Wine Ranges - Italians
The first Coriole Sangiovese released was the 1987 vintage. This was followed by Nebbiolo and Barbera. Coriole planted the first of the good clones of these varieties that were introduced into Australia. Later came the first commercial plantings of Fiano, from Campania near Naples, and most recently the Sicilian variety Nero D'Avola . These varieties are planted for two reasons. Firstly, they make such new and different styles of wine that go particularly well with food. Secondly these varieties may in fact prove to be ideally suited, or in the future, better suited to our climate.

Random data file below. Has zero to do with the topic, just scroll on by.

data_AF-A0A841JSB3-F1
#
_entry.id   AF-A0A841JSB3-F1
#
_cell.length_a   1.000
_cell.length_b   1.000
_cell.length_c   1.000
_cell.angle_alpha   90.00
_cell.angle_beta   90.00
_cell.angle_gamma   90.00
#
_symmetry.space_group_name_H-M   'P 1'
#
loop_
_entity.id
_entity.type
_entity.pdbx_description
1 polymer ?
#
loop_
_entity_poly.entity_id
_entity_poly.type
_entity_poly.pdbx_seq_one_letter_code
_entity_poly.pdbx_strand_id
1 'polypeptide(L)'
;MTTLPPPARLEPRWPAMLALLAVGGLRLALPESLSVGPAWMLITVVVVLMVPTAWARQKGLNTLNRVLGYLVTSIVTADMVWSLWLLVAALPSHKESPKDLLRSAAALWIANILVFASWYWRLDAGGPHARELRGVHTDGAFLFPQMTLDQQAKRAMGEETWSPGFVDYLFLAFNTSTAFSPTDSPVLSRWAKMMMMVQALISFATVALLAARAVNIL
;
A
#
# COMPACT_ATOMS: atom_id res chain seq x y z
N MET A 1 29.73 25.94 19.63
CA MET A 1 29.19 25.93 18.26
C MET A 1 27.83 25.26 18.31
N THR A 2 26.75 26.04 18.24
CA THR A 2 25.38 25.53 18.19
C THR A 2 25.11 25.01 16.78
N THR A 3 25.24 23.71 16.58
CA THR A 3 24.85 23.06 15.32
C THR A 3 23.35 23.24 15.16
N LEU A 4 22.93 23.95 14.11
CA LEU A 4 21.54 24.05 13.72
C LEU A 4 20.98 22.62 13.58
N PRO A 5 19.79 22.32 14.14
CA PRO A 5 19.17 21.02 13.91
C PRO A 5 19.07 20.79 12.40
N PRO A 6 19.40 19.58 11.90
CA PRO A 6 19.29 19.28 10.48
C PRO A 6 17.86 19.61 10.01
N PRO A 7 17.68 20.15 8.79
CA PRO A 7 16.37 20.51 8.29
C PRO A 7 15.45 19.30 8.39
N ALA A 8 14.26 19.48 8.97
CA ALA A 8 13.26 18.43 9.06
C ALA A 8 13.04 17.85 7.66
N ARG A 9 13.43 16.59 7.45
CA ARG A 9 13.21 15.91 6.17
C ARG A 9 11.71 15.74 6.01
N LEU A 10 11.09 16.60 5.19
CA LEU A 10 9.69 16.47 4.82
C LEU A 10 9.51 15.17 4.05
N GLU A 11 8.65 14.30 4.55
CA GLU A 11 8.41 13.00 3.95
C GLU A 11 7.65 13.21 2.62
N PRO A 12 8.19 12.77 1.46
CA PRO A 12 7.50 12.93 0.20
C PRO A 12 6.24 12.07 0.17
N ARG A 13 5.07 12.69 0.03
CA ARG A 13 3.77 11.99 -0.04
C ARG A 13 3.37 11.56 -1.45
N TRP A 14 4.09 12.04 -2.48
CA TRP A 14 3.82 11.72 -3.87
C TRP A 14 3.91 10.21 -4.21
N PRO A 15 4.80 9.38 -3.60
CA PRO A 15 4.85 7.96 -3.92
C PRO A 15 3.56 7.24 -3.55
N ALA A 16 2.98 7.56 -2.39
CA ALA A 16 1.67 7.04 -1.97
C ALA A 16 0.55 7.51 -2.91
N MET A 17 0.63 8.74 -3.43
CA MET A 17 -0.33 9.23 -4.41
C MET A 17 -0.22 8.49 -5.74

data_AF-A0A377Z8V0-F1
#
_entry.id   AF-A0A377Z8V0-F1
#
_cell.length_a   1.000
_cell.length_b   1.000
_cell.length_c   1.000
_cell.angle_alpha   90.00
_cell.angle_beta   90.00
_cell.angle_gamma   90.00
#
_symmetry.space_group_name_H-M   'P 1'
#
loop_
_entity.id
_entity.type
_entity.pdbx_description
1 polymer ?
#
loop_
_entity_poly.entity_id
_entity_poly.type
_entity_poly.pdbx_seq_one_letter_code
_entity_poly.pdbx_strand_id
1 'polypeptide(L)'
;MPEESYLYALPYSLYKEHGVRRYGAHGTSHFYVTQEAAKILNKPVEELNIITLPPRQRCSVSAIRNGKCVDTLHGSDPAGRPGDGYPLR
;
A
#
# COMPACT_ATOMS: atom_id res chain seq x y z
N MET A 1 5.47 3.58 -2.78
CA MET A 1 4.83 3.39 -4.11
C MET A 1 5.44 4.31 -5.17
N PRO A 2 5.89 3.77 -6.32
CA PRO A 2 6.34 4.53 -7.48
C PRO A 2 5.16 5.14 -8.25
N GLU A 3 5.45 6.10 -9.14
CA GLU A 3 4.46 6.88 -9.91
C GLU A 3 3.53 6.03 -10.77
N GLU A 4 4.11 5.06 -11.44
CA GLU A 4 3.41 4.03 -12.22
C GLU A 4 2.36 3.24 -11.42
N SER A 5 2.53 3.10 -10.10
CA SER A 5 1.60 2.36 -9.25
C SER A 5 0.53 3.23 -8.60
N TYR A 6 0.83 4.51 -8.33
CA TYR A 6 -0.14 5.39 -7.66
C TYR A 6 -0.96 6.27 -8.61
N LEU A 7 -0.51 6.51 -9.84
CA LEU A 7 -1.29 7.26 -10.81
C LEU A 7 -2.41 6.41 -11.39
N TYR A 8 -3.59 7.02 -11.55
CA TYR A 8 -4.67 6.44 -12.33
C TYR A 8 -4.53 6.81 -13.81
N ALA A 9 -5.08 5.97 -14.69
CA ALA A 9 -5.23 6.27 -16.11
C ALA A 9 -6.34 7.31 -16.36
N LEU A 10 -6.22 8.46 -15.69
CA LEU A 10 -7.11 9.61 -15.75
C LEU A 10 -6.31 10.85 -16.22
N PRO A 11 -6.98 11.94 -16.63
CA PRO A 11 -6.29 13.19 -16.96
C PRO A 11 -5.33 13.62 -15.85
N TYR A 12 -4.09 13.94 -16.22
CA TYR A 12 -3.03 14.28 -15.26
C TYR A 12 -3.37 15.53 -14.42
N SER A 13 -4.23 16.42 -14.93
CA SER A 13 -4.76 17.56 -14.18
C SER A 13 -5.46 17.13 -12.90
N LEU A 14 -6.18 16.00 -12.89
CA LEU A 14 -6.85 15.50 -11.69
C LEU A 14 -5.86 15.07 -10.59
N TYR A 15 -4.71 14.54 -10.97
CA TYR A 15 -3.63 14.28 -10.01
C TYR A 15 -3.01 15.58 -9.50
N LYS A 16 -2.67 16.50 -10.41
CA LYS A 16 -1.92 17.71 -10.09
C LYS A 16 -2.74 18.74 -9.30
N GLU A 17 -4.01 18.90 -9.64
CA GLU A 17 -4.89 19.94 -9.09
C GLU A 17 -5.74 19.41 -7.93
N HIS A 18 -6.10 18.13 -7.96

Italian varieties tend to have common attributes and clear differences from French varieties. Red wines tend to have more orange shades and less purples and pinks. There is also less thick riper fruit characters in comparison to French varieties. Experimentation continues and yet another variety is at present in Australian quarantine where it needs to remain for checks and testing for at least 2 years before one vine is released for propagation at Coriole.